Flexibility and extensibility of WCF is really great. You need a feature provided by the platform? Just switch it on, via code or configuration, and all the bits and pieces follow suit. The fact is advertised in the WSDL; the client proxy generation will pick that up and produce respective code and configuration; both, client and server, do their part to make it work at runtime; and last not least the developer usually gets the means to access or manipulate the respective information, should the need arise.
Wouldn’t it be nice to have the same apply to your custom demands, demands not covered by the platform? Demands like…
- New versions of standards you need to support, but which are not supported by the platform yet.
- Homegrown authentication schemes.
- Tenants for multi-tenant solutions.
- Billing information for services in B2C scenarios.
- SLA and diagnostics information for operations
Whatever the reason, it would be very nice if we could implement our custom policy in a way that the application developer could use it in a way very similar to policies provided by the platform.
The good news is: It is actually possible to support custom demands in a way very similar to the built-in features of WCF.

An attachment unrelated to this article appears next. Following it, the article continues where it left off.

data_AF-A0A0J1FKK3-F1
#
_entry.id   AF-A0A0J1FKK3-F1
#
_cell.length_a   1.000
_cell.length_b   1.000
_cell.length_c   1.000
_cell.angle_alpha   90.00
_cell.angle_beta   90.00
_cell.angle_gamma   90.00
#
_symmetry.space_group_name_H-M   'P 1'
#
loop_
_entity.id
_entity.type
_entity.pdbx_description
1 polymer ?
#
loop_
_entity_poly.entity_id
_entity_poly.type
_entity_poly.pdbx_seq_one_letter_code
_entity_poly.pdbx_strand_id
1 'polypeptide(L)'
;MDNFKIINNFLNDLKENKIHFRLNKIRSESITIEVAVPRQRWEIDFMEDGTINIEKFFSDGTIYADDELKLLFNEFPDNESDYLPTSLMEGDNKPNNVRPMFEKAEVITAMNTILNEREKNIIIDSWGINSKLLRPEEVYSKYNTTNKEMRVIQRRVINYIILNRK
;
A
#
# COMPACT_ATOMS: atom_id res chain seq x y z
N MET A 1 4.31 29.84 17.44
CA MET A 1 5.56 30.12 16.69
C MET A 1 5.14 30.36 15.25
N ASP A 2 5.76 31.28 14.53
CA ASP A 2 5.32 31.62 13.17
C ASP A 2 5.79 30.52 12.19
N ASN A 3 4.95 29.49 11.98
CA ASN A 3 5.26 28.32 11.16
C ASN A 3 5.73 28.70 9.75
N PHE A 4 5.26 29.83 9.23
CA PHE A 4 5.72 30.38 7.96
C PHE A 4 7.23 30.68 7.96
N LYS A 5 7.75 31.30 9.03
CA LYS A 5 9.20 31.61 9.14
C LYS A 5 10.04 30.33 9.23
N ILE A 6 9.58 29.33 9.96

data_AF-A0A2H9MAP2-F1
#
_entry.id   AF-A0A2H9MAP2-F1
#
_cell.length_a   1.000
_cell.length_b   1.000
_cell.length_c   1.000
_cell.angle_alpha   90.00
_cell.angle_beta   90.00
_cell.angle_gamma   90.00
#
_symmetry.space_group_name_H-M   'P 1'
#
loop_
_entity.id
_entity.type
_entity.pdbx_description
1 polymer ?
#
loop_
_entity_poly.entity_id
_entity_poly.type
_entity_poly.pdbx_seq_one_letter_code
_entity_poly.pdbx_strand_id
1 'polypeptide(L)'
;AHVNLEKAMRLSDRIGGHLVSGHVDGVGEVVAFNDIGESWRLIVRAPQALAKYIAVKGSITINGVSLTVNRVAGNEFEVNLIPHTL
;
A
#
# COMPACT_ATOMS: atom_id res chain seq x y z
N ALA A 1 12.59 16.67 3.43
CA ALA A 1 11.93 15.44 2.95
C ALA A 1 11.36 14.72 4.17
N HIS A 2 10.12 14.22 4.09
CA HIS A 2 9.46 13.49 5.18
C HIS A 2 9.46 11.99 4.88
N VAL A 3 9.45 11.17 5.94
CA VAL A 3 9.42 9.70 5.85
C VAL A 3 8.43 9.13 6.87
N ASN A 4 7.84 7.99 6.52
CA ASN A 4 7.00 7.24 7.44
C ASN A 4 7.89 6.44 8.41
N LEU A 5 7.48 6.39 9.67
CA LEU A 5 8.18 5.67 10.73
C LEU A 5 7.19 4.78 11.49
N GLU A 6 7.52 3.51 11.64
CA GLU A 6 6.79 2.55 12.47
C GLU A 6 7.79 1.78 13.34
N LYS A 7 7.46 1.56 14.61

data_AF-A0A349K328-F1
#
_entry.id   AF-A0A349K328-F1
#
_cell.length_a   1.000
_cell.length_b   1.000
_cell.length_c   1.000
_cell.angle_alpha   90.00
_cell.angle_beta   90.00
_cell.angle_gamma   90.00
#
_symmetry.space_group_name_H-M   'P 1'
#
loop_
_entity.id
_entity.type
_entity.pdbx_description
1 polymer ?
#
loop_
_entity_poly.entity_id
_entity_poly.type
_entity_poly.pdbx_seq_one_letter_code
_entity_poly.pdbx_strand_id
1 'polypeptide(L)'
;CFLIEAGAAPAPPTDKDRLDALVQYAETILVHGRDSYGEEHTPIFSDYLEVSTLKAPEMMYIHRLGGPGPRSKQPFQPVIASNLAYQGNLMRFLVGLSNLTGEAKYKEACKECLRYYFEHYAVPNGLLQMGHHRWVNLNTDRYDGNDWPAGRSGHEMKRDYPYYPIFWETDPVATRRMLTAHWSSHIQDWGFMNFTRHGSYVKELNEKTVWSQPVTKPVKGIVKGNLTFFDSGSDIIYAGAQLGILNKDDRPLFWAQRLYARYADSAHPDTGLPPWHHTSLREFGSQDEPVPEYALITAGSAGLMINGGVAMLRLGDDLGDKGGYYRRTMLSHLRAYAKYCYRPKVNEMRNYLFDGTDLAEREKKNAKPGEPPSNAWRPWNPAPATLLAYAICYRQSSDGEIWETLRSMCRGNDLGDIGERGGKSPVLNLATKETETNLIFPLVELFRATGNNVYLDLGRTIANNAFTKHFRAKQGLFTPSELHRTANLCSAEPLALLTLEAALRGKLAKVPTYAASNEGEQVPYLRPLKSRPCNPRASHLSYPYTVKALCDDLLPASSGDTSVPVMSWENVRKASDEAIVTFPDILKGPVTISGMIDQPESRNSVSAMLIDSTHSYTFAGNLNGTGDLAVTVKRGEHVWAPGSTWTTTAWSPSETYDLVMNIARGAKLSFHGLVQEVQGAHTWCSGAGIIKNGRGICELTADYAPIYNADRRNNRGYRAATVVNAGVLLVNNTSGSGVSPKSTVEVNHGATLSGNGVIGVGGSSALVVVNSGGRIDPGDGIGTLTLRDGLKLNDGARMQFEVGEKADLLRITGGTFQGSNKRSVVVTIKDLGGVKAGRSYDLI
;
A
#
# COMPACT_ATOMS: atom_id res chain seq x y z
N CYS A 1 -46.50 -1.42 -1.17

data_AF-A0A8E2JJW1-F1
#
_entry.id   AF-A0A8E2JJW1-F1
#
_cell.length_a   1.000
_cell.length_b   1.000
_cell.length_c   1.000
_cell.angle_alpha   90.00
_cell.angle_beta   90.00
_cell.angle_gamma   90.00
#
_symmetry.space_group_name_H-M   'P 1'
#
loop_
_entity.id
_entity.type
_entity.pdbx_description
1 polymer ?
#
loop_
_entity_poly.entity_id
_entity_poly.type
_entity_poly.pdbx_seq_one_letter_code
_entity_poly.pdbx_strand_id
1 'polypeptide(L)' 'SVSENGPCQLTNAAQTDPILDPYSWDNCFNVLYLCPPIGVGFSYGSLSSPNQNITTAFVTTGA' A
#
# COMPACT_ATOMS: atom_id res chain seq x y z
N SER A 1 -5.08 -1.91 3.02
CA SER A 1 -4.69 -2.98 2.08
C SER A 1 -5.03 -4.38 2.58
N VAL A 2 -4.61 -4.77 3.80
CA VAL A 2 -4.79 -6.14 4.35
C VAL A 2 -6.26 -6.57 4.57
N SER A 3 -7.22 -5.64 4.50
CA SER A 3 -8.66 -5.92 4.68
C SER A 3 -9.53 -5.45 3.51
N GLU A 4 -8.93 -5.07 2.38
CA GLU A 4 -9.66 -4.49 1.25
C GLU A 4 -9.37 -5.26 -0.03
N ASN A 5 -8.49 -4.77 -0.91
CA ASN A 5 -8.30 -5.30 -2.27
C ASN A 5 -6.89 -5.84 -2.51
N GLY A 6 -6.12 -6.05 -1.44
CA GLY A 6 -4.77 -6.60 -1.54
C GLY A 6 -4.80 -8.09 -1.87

The not-so-good news: It is not that simple or straight-forward to do, as there a a lot of bits and pieces working together – and no single information source putting them together. Well, this is what I’m trying to accomplish…
So, here’s the agenda for this little adventure:
Design time aspects:
- Part 2: Advertising the Policy on the Server
- Part 3: Evaluating the Policy on the Client
- Part 4: Addendum: Creating the Client Proxy via Command-Line
- Part 5: Addendum: Policy Support in WCF
- Part 6: Implementation Basics
- Part 7: Implementing the Default Behavior
- Part 8: Making the Information Available at the Client
- Part 9: Making the Information Accessible at the Server
- Part 10: Addendum: Extending Bindings
Quite a bit more than one post…
So stay tuned…
That’s all for now folks,